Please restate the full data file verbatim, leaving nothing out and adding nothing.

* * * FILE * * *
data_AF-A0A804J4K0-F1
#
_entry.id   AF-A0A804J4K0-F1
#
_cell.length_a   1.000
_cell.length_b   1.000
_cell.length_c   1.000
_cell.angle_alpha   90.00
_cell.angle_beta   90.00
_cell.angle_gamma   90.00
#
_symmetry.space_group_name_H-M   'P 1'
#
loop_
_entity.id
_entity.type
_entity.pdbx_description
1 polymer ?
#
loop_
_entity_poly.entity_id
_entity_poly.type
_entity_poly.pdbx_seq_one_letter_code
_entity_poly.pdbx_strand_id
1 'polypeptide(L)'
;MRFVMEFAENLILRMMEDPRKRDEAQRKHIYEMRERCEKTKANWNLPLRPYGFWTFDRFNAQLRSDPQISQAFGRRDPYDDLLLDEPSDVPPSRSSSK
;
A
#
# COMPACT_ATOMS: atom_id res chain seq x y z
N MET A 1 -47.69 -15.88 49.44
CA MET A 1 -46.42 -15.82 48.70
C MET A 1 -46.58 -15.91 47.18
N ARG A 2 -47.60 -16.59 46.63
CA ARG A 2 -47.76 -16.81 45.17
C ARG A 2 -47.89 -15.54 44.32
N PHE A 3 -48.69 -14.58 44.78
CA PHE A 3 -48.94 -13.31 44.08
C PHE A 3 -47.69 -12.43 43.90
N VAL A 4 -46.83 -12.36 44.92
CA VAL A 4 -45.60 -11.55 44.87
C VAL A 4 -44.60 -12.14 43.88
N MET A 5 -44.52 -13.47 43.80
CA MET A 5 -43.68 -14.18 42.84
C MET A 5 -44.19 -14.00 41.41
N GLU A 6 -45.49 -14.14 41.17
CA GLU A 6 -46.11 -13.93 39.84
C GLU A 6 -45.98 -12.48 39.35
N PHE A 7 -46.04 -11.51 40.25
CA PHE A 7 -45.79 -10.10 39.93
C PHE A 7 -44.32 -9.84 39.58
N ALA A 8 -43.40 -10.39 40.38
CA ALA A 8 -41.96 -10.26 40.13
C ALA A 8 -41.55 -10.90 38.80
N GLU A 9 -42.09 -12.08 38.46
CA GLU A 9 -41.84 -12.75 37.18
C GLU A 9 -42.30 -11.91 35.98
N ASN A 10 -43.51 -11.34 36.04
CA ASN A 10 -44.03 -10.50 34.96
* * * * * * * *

data_AF-A0A804J4K0-F1
#
_entry.id   AF-A0A804J4K0-F1
#
_cell.length_a   1.000
_cell.length_b   1.000
_cell.length_c   1.000
_cell.angle_alpha   90.00
_cell.angle_beta   90.00
_cell.angle_gamma   90.00
#
_symmetry.space_group_name_H-M   'P 1'
#
loop_
_entity.id
_entity.type
_entity.pdbx_description
1 polymer ?
#
loop_
_entity_poly.entity_id
_entity_poly.type
_entity_poly.pdbx_seq_one_letter_code
_entity_poly.pdbx_strand_id
1 'polypeptide(L)'
;MRFVMEFAENLILRMMEDPRKRDEAQRKHIYEMRERCEKTKANWNLPLRPYGFWTFDRFNAQLRSDPQISQAFGRRDPYDDLLLDEPSDVPPSRSSSK
;
A
#
# COMPACT_ATOMS: atom_id res chain seq x y z
N MET A 1 -47.69 -15.88 49.44
CA MET A 1 -46.42 -15.82 48.70
C MET A 1 -46.58 -15.91 47.18
N ARG A 2 -47.60 -16.59 46.63
CA ARG A 2 -47.76 -16.81 45.17
C ARG A 2 -47.89 -15.54 44.32
N PHE A 3 -48.69 -14.58 44.78
CA PHE A 3 -48.94 -13.31 44.08
C PHE A 3 -47.69 -12.43 43.90
N VAL A 4 -46.83 -12.36 44.92
CA VAL A 4 -45.60 -11.55 44.87
C VAL A 4 -44.60 -12.14 43.88
N MET A 5 -44.52 -13.47 43.80
CA MET A 5 -43.68 -14.18 42.84
C MET A 5 -44.19 -14.00 41.41
N GLU A 6 -45.49 -14.14 41.17
CA GLU A 6 -46.11 -13.93 39.84
C GLU A 6 -45.98 -12.48 39.35
N PHE A 7 -46.04 -11.51 40.25
CA PHE A 7 -45.79 -10.10 39.93
C PHE A 7 -44.32 -9.84 39.58
N ALA A 8 -43.40 -10.39 40.38
CA ALA A 8 -41.96 -10.26 40.13
C ALA A 8 -41.55 -10.90 38.80
N GLU A 9 -42.09 -12.08 38.46
CA GLU A 9 -41.84 -12.75 37.18
C GLU A 9 -42.30 -11.91 35.98
N ASN A 10 -43.51 -11.34 36.04
CA ASN A 10 -44.03 -10.50 34.96